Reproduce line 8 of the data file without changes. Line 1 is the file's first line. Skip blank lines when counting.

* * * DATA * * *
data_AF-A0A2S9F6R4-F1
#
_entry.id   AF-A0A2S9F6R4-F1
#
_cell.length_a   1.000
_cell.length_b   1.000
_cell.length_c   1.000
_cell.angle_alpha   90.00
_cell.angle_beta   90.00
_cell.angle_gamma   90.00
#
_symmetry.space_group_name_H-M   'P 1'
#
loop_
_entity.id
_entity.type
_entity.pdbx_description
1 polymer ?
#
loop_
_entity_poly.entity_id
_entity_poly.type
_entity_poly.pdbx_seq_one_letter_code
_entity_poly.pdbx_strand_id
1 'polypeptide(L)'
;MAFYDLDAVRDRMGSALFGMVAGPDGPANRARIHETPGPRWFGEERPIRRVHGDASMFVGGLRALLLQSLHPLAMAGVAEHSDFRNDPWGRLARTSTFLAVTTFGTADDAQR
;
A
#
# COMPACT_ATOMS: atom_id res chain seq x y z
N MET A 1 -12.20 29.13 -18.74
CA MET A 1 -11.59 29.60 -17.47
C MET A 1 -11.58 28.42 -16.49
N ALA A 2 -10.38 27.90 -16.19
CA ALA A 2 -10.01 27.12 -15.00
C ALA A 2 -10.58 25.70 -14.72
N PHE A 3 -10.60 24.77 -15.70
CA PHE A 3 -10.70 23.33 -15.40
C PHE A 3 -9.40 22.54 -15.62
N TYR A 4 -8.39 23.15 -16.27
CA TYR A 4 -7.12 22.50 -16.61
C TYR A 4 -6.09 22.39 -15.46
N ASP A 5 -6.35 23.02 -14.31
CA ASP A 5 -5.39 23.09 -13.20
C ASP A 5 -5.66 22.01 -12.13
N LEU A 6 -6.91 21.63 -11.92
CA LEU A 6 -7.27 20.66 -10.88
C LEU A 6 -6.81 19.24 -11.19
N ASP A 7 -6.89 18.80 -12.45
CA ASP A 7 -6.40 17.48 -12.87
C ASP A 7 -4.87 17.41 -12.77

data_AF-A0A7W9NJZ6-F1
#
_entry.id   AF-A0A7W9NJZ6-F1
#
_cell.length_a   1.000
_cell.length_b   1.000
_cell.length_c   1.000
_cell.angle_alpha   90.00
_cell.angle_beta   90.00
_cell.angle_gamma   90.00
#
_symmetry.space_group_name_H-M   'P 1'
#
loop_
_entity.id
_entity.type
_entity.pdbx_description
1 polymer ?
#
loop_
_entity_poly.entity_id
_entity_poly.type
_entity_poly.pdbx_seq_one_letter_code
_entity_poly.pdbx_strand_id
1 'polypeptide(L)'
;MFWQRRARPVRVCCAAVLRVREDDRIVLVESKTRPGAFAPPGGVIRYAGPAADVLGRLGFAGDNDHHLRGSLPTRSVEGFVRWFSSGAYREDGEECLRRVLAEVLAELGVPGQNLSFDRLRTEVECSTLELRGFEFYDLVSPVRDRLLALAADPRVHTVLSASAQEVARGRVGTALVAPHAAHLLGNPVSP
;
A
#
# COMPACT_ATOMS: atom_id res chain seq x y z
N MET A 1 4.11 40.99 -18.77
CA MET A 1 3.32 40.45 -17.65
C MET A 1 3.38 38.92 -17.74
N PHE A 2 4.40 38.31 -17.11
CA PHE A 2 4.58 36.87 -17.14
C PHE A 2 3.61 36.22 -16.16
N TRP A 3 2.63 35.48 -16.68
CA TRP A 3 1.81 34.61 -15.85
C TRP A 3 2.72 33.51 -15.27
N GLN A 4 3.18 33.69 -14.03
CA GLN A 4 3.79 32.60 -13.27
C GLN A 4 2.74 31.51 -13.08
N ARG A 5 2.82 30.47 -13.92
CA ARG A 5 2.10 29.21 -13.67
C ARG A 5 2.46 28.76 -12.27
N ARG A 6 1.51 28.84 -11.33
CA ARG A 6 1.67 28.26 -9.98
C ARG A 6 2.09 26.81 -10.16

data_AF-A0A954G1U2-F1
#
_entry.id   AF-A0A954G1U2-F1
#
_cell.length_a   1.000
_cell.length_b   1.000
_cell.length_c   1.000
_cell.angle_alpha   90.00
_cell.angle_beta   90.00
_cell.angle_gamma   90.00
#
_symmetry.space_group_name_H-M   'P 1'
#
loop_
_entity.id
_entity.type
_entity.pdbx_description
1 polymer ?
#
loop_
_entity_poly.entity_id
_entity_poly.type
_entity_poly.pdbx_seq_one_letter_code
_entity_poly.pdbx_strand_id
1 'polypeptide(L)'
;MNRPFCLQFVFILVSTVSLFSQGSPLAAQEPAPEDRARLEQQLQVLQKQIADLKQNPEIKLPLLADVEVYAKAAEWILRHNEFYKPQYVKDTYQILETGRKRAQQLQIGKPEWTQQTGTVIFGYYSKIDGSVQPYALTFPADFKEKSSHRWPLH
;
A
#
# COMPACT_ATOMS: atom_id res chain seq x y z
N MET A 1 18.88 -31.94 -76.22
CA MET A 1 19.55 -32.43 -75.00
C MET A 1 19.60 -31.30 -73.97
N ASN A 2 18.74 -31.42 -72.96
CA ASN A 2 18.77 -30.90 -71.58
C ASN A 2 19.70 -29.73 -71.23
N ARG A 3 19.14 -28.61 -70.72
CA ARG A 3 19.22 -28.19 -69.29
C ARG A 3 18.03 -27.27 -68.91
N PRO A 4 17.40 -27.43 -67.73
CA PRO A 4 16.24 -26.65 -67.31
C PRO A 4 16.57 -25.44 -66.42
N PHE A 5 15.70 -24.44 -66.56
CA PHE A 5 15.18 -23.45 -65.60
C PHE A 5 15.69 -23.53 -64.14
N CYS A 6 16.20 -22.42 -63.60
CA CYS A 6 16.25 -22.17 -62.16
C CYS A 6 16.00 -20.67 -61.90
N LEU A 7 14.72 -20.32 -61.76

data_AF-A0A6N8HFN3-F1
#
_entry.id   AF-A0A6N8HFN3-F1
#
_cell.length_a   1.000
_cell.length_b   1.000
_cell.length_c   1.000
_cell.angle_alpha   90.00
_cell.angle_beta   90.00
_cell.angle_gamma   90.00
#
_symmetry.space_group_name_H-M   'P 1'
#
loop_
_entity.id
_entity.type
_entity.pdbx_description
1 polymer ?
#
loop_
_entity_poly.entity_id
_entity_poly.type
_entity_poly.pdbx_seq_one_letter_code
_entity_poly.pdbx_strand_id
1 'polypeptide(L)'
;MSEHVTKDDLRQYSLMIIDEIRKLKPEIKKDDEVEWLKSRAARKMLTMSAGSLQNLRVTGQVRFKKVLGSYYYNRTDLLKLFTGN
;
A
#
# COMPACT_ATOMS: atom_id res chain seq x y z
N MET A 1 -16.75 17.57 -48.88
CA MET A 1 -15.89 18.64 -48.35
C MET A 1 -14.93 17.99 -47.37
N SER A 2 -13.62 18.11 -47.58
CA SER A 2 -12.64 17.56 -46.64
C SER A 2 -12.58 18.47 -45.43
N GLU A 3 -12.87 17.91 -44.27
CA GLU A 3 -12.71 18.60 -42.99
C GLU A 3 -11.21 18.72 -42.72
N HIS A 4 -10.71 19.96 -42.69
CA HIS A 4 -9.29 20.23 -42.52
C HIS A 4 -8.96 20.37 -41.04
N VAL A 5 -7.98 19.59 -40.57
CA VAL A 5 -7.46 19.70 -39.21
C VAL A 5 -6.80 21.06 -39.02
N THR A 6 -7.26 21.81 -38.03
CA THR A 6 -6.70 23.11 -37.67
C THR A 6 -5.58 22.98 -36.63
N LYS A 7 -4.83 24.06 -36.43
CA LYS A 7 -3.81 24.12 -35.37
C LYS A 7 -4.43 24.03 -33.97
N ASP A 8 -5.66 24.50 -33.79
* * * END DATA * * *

_cell.angle_alpha   90.00